Labour running out of time to sell its master plan

Election? What election?

You could be excused thinking that two rather pressing matters - a seemingly static poll rating and the onrushing election - might have sparked a tad more urgency on Labour's part regarding the unveiling of the key planks which would drive a Phil Goff-led government.

A week may be a long time in politics but Labour has precious few of them left to acquaint the punters with its master plan, let alone persuade enough of them of its merits to make for a serious contest on election day.

The Rugby World Cup kicks off in early September. For the following six weeks politics will truly struggle for coverage. Other than door-knocking at electorate level, politicians will be wasting their time trying to attract the attention of media whose focus will be elsewhere.

By the time the official four-week election campaign kicks off a week or so after the final cup match, it may well be too late for Labour to make serious inroads into National's current lead, which stretches from between 13% to 25% points in the major polls.

Labour effectively has to narrow that gap significantly within the next 10 to 11 weeks. Yet the party is not planning to start releasing major policy until around the middle of next month.

Mr Goff is biding his time.

Labour has its own timetable and it is sticking to it. This seems to have little to do with the traditional Opposition party's fear of fresh policy being a stolen by the rival governing party. It is certainly not the case on economic and tax policy with the two major parties heading down increasingly diverging routes.

It does have a lot to do with the country's current straitened fiscal circumstances. Labour somehow has to make an electoral silk purse out of revenue-deficient sow's ear. This takes time. Labour has to get its numbers absolutely right - or its credibility will evaporate overnight.

It has two choices. The first is to live within the confines of National's broad tax settings albeit with some tinkering of the top and bottom personal tax rates.

However, because Labour is committed to paying off debt as fast, if not faster than National, the net impact is that it will still have little cash available for new policies.

Some flexibility might be achieved by re-prioritising spending in some areas.

Labour will do that. But the big bills which have to be paid regardless - national super, hospital funding, benefit payments and so on - make this an exercise that can only produce relatively small gains in savings, more so given National's cap on the funding of Government departments has made things so tight.

The spending constraints will also see Labour phasing in some of its new policies over a period of years rather than in one go.

There is also the no small matter of the gaping hole which will be in Labour's balance sheet from National's banking of large portions of the money it expects to reap from partial sales of state-owned enterprises like Meridian and Solid Energy. This money - which could total around $7 billion - is designated for capital spending. As it is not selling those assets point blank, Labour will have to find the cash from other sources.

The net result of all this is to severely limit Labour's ability to present and promote an alternative vision for New Zealand which will capture voters' attention without blowing the budget.

Go down this path, and Labour is consigning itself to defeat.

Its vision has to be big, bold, brassy and ballsy. And that requires taking the second choice - broadening the tax base to raise extra revenue. That would require a capital gains tax or a land tax.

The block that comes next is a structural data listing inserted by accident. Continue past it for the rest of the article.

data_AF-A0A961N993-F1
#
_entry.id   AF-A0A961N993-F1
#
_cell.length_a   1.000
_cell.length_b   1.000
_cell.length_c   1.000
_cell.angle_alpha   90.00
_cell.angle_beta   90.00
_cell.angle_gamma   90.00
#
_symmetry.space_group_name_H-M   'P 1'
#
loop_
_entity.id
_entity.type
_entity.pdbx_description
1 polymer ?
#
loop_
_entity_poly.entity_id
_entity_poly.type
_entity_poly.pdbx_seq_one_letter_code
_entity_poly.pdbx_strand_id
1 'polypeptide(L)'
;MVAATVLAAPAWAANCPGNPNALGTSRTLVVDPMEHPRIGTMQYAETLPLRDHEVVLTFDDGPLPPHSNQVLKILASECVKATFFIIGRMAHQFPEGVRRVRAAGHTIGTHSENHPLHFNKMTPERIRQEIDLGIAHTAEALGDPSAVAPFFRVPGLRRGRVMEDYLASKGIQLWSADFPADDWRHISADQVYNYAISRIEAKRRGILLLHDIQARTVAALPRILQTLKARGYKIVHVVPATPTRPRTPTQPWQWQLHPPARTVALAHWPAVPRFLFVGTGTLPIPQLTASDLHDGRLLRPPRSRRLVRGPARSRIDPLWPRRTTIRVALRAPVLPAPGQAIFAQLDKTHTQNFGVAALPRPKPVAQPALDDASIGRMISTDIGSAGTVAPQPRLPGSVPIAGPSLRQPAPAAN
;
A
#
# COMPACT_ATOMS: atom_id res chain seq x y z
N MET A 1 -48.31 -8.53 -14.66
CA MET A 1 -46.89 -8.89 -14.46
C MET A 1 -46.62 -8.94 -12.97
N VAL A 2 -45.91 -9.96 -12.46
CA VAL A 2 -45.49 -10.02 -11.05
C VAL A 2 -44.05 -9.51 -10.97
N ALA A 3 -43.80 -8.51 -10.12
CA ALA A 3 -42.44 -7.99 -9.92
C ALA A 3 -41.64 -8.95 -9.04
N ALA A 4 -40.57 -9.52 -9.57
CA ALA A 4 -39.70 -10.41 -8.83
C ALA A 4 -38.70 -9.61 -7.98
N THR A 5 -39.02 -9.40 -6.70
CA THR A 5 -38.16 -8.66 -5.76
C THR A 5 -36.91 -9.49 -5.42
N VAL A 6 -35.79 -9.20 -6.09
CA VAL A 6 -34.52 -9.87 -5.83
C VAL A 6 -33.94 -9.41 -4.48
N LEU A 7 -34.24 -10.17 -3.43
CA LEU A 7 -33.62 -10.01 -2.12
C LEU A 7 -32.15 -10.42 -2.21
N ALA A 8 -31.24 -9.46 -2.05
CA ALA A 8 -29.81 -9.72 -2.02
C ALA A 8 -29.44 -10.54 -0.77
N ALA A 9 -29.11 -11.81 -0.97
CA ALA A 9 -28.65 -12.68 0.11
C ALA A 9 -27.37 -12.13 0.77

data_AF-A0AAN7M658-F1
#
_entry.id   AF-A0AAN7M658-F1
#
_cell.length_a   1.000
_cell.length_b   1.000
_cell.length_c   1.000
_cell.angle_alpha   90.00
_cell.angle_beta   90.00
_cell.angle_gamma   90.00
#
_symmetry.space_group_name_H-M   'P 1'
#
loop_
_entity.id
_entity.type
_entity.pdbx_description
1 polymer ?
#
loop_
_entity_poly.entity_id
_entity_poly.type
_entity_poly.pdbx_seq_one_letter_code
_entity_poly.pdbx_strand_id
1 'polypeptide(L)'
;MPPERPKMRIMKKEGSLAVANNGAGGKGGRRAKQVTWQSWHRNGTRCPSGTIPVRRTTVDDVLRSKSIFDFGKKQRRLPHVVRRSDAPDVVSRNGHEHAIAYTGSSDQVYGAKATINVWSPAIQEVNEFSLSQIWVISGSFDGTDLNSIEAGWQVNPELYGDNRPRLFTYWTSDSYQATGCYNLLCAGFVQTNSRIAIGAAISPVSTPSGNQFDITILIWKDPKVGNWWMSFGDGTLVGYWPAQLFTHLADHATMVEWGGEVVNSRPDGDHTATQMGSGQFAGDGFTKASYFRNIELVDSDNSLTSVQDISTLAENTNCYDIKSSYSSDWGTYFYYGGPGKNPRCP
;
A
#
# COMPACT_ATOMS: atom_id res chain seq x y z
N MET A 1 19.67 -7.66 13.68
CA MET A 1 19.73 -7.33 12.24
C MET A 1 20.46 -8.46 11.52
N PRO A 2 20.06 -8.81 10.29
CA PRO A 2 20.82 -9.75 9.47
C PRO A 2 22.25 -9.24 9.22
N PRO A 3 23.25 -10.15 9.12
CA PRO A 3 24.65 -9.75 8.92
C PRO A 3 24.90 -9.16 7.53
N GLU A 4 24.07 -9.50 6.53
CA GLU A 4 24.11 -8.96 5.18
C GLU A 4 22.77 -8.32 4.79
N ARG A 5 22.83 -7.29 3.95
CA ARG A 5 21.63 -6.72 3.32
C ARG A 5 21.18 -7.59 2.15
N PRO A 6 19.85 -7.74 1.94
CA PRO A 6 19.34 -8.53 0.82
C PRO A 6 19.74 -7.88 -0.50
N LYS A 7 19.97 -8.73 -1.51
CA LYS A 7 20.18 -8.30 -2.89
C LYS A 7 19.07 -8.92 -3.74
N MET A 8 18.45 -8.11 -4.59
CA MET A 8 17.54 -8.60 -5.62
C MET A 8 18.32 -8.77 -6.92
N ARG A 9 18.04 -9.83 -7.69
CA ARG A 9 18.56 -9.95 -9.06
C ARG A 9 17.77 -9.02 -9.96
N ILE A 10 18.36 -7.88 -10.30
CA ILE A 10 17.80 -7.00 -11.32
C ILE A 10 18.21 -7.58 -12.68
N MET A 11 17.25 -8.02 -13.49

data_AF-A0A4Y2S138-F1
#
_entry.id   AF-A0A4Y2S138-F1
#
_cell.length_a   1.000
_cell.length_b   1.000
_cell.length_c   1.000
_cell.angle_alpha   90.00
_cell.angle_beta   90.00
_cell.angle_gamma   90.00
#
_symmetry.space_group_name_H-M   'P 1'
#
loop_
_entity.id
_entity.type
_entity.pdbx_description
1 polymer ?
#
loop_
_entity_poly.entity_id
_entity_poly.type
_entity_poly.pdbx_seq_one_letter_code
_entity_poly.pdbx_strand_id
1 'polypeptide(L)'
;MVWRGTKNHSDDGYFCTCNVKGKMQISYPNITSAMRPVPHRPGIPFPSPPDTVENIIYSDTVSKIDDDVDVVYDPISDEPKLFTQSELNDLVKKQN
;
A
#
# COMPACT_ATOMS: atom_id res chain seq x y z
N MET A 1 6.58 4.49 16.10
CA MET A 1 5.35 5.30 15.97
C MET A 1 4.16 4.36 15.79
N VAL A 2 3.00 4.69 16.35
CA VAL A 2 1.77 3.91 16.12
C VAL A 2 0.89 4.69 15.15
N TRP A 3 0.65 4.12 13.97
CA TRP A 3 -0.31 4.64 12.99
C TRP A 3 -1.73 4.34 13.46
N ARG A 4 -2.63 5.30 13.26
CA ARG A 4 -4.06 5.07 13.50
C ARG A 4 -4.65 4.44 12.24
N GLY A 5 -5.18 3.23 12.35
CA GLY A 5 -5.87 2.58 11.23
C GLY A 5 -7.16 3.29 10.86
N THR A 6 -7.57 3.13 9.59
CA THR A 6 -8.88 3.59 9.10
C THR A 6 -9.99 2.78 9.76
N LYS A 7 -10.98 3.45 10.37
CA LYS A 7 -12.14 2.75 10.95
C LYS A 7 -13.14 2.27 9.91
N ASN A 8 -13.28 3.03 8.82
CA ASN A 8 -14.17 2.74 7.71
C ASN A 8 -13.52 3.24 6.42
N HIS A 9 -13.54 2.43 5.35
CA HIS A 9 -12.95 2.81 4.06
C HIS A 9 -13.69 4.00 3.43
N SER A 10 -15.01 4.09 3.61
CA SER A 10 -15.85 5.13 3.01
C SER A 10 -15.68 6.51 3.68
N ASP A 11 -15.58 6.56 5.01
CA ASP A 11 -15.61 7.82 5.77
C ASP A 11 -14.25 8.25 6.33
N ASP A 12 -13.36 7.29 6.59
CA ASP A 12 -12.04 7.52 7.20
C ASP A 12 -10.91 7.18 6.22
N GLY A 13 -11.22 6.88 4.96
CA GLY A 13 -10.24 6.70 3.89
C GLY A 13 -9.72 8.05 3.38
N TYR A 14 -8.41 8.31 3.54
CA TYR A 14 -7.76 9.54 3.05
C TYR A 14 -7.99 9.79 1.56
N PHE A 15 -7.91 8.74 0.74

Lifting the top personal tax rate on incomes above $100,000 simply does not raise enough cash.

Victoria University's Tax Working Group estimated a capital gains tax, which exempted owner-occupied housing like the family home, could bring in close to $4 billion in revenue.

It would be a very big call. Promoting a capital gains tax has long been seen as a ticket to oblivion. However, while the the Greens are the only party openly advocating for such a tax, politicians are these days less tentative about discussing the idea.

Back in 2009, Mr Goff even offered Labour's backing for any National-initiated legislation imposing a capital gains tax on investment properties.

When asked since whether Labour would go it alone and introduce such a tax, Mr Goff's replies have intimated the idea has been the subject of serious debate within Labour's policy machine.

Labour might add further exemptions to ensure the great bulk of low to middle-income earners did not pay the tax. Its target is the well-off - especially those who structure their financial affairs to avoid paying any tax at all.

A capital gains tax fits perfectly with Labour's sloganeering that tough times require everyone to do their fair share to get the country fully back on its feet.

Selling a new tax during an election campaign is not for the faint-hearted, however.

While Bill English has made the occasional dispassionate remark about the virtues of a capital gains tax, National's natural inclination would be to rubbish it as as unworkable and punitive.

John Key has already been painting his party and Labour as "the politics of aspiration versus the politics of envy".

Labour's pushing of such a tax would also be seen by National as further evidence alongside Labour's raising the minimum wage that the old enemy is more concerned with not losing its base support than winning the election.

National might well be misreading Labour's intentions, however. A capital gains tax would be the kind of big, bold initiative Labour needs to really shake up the status quo and make a fight of it.

And it might turn out to be the first of several if Mr Goff is really going for broke.

 - John Armstrong is The New Zealand Herald political correspondent

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